This brioche Nanterre can be well enjoyed on its own because of its buttery and rich flavor. Just add a cup of coffee for a complete indulgence!
For the Sponge
- 1/3 cup warm milk 105-115 F
- 2 and 1/4 tsp active dry yeast
- 1 large egg
- 2 cups all-purpose flour
For the Dough
- 1/3 cup sugar
- 4 large eggs lightly beaten
- 1 and 1/2 cups all-purpose flour
- 1 tsp salt
- 1 and 1/2 sticks unsalted butter at room temperature
- 1 large egg, beaten for the egg wash
Make the Sponge
In the bowl of heavy-duty mixer, Add the yeast, milk, egg and 1 cup all-purpose flour. Mix with a rubber spatula just until combined. Sprinkle the remaining 1 cup of flour over the top as if to cover the mixture. Let this stand for about 40-45 minutes. There will be cracks on the flour surface at this point.
Make the Dough
Add the sugar, salt, eggs and 1 cup of flour to the bowl with the yeast mixture. Using a dough hook, run the heavy-duty mixer on low speed briefly until the mixture is just about incorporated. Add the remaining half cup of flour and run the mixer at medium speed. Continue to beat, scraping the bowl as needed, for about 15-20 minutes. You will know when the dough is ready if it is coming together in the center of the bowl, and also attaching itself into the dough hook. You should see the dough slapping the sides of the bowl, like it is almost violently throwing itself to the sides white it still clinging and rotating with the dough hook. You should also hear the slapping sounds. ( If you don't see the slapping action after ten minutes into the mixing, sprinkle about 2 -3 tbsp of flour to the bowl. Continue to beat until you reach the slapping stage, giving the dough a total of about 15-20 minutes in the mixer ).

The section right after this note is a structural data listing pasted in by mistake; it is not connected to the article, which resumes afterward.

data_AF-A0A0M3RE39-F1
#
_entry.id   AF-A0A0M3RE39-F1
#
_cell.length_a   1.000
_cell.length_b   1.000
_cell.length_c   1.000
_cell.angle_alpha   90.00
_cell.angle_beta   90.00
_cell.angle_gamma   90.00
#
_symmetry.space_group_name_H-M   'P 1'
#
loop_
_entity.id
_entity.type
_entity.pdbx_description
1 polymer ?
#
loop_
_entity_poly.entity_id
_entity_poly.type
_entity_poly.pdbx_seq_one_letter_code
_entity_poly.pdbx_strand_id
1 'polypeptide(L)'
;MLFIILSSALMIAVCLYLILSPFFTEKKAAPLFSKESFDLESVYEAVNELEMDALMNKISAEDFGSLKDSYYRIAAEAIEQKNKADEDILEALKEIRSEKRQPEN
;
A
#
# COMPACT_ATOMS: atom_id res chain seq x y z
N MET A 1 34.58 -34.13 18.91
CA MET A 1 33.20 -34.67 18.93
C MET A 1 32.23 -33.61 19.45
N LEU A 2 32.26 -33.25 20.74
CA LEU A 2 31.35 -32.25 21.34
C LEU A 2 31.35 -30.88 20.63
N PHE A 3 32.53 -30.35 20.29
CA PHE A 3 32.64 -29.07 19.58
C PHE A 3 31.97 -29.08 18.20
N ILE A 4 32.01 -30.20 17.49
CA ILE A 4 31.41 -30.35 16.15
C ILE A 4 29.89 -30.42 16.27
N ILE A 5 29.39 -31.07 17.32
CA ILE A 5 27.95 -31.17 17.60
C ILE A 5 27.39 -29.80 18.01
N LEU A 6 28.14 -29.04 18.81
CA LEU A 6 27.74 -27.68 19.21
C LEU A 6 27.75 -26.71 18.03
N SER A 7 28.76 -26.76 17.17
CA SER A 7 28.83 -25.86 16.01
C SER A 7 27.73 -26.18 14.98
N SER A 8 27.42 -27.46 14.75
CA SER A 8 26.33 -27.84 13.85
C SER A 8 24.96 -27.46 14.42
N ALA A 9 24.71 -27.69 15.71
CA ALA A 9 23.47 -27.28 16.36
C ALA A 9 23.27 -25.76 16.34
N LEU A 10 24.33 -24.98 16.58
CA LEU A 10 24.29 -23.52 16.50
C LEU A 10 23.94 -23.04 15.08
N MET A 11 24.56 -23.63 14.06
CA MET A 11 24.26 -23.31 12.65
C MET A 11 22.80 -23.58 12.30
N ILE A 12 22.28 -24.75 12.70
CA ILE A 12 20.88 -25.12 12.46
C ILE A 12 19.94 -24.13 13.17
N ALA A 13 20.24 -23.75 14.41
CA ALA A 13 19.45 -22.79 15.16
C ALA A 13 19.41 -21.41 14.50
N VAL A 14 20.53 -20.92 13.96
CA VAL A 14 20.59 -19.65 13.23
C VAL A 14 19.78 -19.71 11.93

With the mixer still running, add the butter bit by bit. Make sure that the butter is in room temperature, soft but not oily. (It helps to enclose the butter inside a wax paper, press it down using your thumb or beat it with a rolling pin to give it a malleable consistency) When you add the butter, the dough will fall apart again for a moment. Continue to beat until you hear the slapping sounds again. This should take about 5 minutes or so. The dough is now, once again, clinging together in the center and in the dough hook with the slapping sound. The dough is sticky but shiny at this point.
Let the Dough Rise and Chill
Shape the dough into a ball and place it in a bowl. Cover it with a clean kitchen towel and let it rise for 2 hours, or until doubled in bulk. After rising, gently deflate the dough by lifting it along the edges, section by section, until the dough falls back down in the bowl deflated. Cover the bowl with a plastic wrap. Chill in the fridge for at least 6 hours to overnight. During this stage, the dough will double in bulk again.
Assemble and Bake
Take the dough out of the fridge. Divide it into 2 equal portions, Divide each portion into 8 portions, giving you a total of 16 portions. Grease two 9x5 inch loaf pans. Shape each of the dough portions into a smooth ball. Arrange 8 balls in each loaf pan, 2 balls side by side, for a total of four rows in each pan. Brush the balls with beaten egg and cover loosely with a clean kitchen towel. Let the dough rise for 2 hours at room temperature.
Preheat oven to 350 F. Brush the tops of the dough lightly with egg wash once more and bake at 350 F for 35-45 minutes. Cover the pans loosely with foil during the last ten minutes to avoid over-browning. The pastry is done once a thermometer inserted into the crumbs reads 200 F.
- If you see the brioche browning quickly, cover the top loosely with aluminum foil. The brioche is done when a thermometer inserted into the bread reads 200 F.
- If you only want to make one loaf, you can freeze one half portion of the brioche dough for up to a month, wrapped well in plastic then in foil.